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FibromyalgiaFibromialgia

Fibromyalgia

What is fibromyalgia?

Fibromyalgia is a chronic, widespread pain in muscles and soft tissues surrounding the joints throughout the body. The disease is fairly common, affecting approximately 2 to 4 percent of the U.S. population, mostly middle-aged women.

Although its symptoms are similar to other joint diseases, such as arthritis, fibromyalgia is actually a form of soft tissue or muscular rheumatism that causes pain in the muscles and soft tissues.

What causes or triggers fibromyalgia?

Although the cause of fibromyalgia is unknown, researchers believe there may be a link with sleep disturbance, psychological stress, or immune, endocrine, or biochemical abnormalities. Fibromyalgia mainly affects the muscles and the points at which the muscles attach to the bone (at the ligaments and tendons).

What are the symptoms of fibromyalgia?

Pain is the most common and chronic symptom of fibromyalgia. Pain may begin in one area of the body, such as the neck and shoulders, but eventually the entire body may become affected. The pain ranges from mild to severe and may be described as burning, soreness, stiffness, aching, or gnawing pain. Fibromyalgia usually is associated with characteristic tender spots of pain in the muscles. The following are other common symptoms of fibromyalgia. However each individual may experience symptoms differently. Symptoms may include:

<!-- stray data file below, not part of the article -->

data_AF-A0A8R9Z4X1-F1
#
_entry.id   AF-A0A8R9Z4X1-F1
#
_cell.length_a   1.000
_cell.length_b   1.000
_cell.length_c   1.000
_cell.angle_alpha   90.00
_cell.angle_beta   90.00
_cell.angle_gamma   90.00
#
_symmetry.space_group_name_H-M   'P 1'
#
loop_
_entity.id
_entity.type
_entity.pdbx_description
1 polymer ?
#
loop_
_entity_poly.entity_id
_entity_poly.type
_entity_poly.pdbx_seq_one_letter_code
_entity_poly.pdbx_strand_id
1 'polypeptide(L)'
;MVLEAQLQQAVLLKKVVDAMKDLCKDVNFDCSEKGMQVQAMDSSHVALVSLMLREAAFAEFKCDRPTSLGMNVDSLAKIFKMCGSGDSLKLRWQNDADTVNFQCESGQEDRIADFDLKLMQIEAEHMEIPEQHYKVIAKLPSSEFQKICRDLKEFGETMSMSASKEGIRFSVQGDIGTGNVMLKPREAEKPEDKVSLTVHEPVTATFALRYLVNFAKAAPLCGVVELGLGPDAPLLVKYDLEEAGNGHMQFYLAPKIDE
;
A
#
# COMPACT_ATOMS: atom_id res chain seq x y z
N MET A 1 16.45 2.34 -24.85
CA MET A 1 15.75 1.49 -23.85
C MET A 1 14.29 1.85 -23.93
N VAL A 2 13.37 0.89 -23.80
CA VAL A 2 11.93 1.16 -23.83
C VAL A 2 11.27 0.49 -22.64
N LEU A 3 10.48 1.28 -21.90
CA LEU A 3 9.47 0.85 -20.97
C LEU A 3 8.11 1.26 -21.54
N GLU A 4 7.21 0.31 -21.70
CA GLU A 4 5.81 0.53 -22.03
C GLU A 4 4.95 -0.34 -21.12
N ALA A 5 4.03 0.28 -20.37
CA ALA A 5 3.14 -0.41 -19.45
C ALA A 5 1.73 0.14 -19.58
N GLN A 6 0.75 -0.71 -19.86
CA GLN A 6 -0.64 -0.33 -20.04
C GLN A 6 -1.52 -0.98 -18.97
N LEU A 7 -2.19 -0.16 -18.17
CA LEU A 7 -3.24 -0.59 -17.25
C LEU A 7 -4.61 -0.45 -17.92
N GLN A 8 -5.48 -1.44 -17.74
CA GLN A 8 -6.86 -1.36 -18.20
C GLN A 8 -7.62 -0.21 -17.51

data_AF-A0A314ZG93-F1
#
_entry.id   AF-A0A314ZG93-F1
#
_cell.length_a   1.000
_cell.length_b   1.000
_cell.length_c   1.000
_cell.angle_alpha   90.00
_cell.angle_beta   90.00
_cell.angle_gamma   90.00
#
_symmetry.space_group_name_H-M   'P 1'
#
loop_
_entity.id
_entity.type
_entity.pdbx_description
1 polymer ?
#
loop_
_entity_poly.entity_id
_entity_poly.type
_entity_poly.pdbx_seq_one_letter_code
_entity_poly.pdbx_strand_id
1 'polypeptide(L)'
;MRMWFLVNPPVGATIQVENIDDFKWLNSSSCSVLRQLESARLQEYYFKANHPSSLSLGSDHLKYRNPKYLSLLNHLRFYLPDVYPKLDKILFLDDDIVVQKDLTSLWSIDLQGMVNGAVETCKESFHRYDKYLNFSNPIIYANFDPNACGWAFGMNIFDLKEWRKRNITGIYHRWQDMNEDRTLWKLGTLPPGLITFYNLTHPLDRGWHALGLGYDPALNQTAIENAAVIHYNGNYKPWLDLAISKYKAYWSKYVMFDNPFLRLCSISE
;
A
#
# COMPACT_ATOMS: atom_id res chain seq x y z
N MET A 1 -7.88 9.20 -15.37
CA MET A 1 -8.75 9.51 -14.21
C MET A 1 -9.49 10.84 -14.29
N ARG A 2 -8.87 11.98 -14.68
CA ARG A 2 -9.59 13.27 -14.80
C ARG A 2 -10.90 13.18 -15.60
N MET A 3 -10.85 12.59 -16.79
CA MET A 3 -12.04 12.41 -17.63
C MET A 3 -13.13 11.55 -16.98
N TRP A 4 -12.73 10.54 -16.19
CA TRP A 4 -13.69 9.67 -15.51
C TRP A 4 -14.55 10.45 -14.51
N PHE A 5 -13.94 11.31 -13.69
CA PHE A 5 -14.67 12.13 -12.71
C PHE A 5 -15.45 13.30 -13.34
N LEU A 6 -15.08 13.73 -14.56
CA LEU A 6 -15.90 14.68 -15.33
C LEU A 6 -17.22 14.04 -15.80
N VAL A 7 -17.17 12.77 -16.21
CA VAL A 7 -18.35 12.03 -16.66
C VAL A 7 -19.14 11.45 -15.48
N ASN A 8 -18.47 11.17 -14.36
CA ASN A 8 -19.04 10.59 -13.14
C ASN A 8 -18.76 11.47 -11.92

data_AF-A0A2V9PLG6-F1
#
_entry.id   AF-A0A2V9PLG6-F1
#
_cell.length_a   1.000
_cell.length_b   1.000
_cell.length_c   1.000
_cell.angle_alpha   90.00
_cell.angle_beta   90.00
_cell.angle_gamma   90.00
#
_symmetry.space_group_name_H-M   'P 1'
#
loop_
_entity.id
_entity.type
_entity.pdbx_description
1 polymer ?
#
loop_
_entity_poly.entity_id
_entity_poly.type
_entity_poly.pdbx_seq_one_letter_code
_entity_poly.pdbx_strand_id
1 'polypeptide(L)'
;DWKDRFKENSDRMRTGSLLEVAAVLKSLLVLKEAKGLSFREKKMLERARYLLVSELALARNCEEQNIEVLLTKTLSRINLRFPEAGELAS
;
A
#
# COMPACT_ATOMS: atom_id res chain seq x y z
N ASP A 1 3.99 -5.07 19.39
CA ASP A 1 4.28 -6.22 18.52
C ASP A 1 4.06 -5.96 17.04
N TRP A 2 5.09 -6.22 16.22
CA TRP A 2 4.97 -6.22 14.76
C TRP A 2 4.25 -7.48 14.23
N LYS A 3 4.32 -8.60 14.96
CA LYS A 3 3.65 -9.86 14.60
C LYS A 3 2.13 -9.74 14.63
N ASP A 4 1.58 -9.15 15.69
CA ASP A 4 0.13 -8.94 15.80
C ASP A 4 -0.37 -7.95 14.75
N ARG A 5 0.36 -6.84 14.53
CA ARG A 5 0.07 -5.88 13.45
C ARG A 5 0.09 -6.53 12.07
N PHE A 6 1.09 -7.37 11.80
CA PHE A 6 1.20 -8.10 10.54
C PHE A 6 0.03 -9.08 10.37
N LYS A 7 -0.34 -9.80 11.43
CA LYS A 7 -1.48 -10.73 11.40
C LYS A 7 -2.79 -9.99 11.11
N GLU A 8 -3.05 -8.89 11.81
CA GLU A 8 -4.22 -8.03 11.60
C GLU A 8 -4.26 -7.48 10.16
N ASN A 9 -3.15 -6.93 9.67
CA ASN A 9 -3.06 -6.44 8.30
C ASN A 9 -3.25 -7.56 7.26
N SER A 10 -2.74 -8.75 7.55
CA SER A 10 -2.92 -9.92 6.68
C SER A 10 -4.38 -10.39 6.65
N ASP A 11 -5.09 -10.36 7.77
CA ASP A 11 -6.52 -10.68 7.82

• Moderate to severe fatigue

  • Decreased exercise endurance

  • Sleep problems at night

  • Depressed mood

  • Anxiety

  • Headaches

  • Irritable bowel symptoms, such as abdominal pain and bloating, diarrhea, and constipation 

  • Restless legs

  • Painful menstrual periods

The symptoms of fibromyalgia may resemble other medical conditions or problems. Always consult your doctor for a diagnosis.

How is fibromyalgia diagnosed?

There are no laboratory tests that can confirm a diagnosis of fibromyalgia. Instead, diagnosis is usually based on reported symptoms and physical exam findings. The American College of Rheumatology has published diagnostic criteria that help your health care provider make the correct diagnosis. The criteria define fibromyalgia as widespread pain for more than three months and describe 18 tender points on the body. The criteria suggest that to confirm a diagnosis you must have at least 11 tender points on exam.

What is the treatment for fibromyalgia?

Specific treatment for fibromyalgia will be determined by your doctor based on:

  • Your age, overall health, and medical history

  • Extent of the condition

  • Your tolerance for specific medications, procedures, and therapies

  • Expectation for the course of the condition

  • Your opinion or preference

Although there's no cure for fibromyalgia, the disease can often be successfully managed with proper treatment, as fibromyalgia doesn't cause damage to tissues. Treatment may include:

  • Anti-inflammatory medications (to relieve pain and improve sleep)

  • Duloxetine (Cymbalta), pregabalin (Lyrica), and milnacipran (Savella), which are medications that are approved specifically for treating fibromyalgia

  • Antidepressants

  • Other painkillers

  • Exercise and physical therapy (to stretch muscles and improve cardiovascular fitness)

  • Relaxation techniques

  • Heat treatments

  • Occasional cold applications

  • Massage

 
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